The Liberal Party report into tax reform, commissioned from economist Henry Ergas, has been sitting with the Shadow Cabinet for about a year. Perhaps they doubt the electoral appeal of the ‘flat tax’ plan it outlines for personal income tax.
Australia’s current system of personal income tax is highly progressive. That means that the rate of tax increases as a person’s income increases. It is based on capacity to pay – those with more not only have the capacity to pay more, they have the capacity to pay a higher proportion of their total income. Ergas proposes to cut tax rates for higher income earners in order to ‘flatten’ this progressive tax system. Such a proposal is indeed political dynamite, and has the potential to make the tax system much less fair.
Although our tax rates are progressive, flaws in the structure of the tax code make it reasonably easy for many high income earners to take advantage of the exceptions and deductions, and the 30% company tax rate, to restructure their income and effectively pay much lower rates.
Ergas’ argument is that we should get rid of these deductions and loopholes, and use the money we save to cut the top income tax rates. He argues that this would be both simpler and fairer. Simpler, because we would know what tax people would actually pay, and because lowering the top marginal rates closer to the company rate could reduce avoidance. And fairer because all higher income earners would pay the same amount – rather than some avoiding and others paying. And of course Ergas argues it’s good for efficiency because lower tax rates would increase the incentive to work.
There are very similar arguments from the left on the inequity of current deductions. For example, the deductions for superannuation and other welfare schemes allow high income earners to take advantage of large tax breaks, but give nothing to those on lower incomes.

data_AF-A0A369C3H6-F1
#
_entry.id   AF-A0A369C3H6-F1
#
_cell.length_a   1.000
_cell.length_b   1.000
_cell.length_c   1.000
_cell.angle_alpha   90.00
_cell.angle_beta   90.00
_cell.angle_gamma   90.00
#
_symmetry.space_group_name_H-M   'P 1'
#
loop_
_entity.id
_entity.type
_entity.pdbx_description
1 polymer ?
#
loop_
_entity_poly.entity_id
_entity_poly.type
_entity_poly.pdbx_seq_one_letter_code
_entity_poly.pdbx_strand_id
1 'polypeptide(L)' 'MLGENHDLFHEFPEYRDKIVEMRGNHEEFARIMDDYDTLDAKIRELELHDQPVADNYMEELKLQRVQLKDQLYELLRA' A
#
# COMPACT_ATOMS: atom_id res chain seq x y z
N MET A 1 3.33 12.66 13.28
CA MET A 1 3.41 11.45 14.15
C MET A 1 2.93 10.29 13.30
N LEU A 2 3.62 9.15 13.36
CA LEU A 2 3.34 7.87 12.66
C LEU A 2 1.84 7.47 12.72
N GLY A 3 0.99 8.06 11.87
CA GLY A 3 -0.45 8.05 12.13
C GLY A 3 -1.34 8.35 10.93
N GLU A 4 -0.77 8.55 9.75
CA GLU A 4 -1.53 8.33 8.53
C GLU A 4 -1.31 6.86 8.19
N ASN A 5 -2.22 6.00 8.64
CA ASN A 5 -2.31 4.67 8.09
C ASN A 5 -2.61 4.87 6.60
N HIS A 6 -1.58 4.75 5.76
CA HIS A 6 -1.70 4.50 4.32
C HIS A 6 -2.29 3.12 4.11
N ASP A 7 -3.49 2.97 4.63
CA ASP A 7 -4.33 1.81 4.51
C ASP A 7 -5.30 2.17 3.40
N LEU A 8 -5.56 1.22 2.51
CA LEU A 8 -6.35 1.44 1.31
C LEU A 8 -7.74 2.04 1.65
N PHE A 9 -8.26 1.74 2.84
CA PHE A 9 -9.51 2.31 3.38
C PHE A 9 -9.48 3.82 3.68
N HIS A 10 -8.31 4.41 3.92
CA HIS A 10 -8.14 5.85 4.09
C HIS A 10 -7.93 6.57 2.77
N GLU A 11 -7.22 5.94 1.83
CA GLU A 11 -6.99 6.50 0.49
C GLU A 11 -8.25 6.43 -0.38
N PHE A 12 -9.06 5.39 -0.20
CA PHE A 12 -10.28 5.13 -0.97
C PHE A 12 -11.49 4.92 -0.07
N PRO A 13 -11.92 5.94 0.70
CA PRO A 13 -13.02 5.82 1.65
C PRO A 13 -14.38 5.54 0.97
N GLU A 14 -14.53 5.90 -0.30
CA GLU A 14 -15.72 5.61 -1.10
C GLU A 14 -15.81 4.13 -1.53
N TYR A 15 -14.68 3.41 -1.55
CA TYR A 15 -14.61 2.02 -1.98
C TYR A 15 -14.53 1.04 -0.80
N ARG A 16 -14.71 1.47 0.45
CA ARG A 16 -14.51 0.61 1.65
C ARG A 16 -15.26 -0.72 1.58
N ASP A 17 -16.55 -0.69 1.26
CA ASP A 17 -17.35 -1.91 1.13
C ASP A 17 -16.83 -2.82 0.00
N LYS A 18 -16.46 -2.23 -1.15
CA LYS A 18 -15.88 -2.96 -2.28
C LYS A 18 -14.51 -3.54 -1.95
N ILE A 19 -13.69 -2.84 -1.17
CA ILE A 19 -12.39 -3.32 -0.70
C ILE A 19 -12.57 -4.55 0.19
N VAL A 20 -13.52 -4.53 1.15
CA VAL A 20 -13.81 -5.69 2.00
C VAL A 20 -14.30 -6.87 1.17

But there is also a difference. Ergas wants to spend the money saved on cutting the top tax rates, while most progressive commentators want to address the ‘poverty trap’ affecting low and middle income earners who are increasing their paid work. The combined effect of paying more tax as you earn more, while also losing government payments, like family benefits or rental assistance, can mean that low income workers lose almost all the extra income they earn. And these low income workers are much more sensitive to these effects than those on very high incomes are to income tax rates.
The problem with Ergas is not that he wants to make the tax system simpler and more efficient, but that his priority is cutting taxes for the rich rather than dealing with the much more urgent and challenging problem of lowering effective marginal tax rates for low and middle income earners. The proposal rests on a paradox, best summed up by John Galbraith: ‘The accepted camouflage holds that the rich aren’t working because they have too little money and the poor aren’t working because they have too much.’
Fixing the problem of the poverty trap is more difficult than giving the rich a tax cut. It means rethinking both our tax system and our welfare system. If we only support the poorest citizens, then the problem remains. Only by creating more universal and inclusive social policies can the problem be solved. But that takes more tax revenue, not less, so it’s not surprising that the Liberal Tax review looked to easier, if less fair, solutions.
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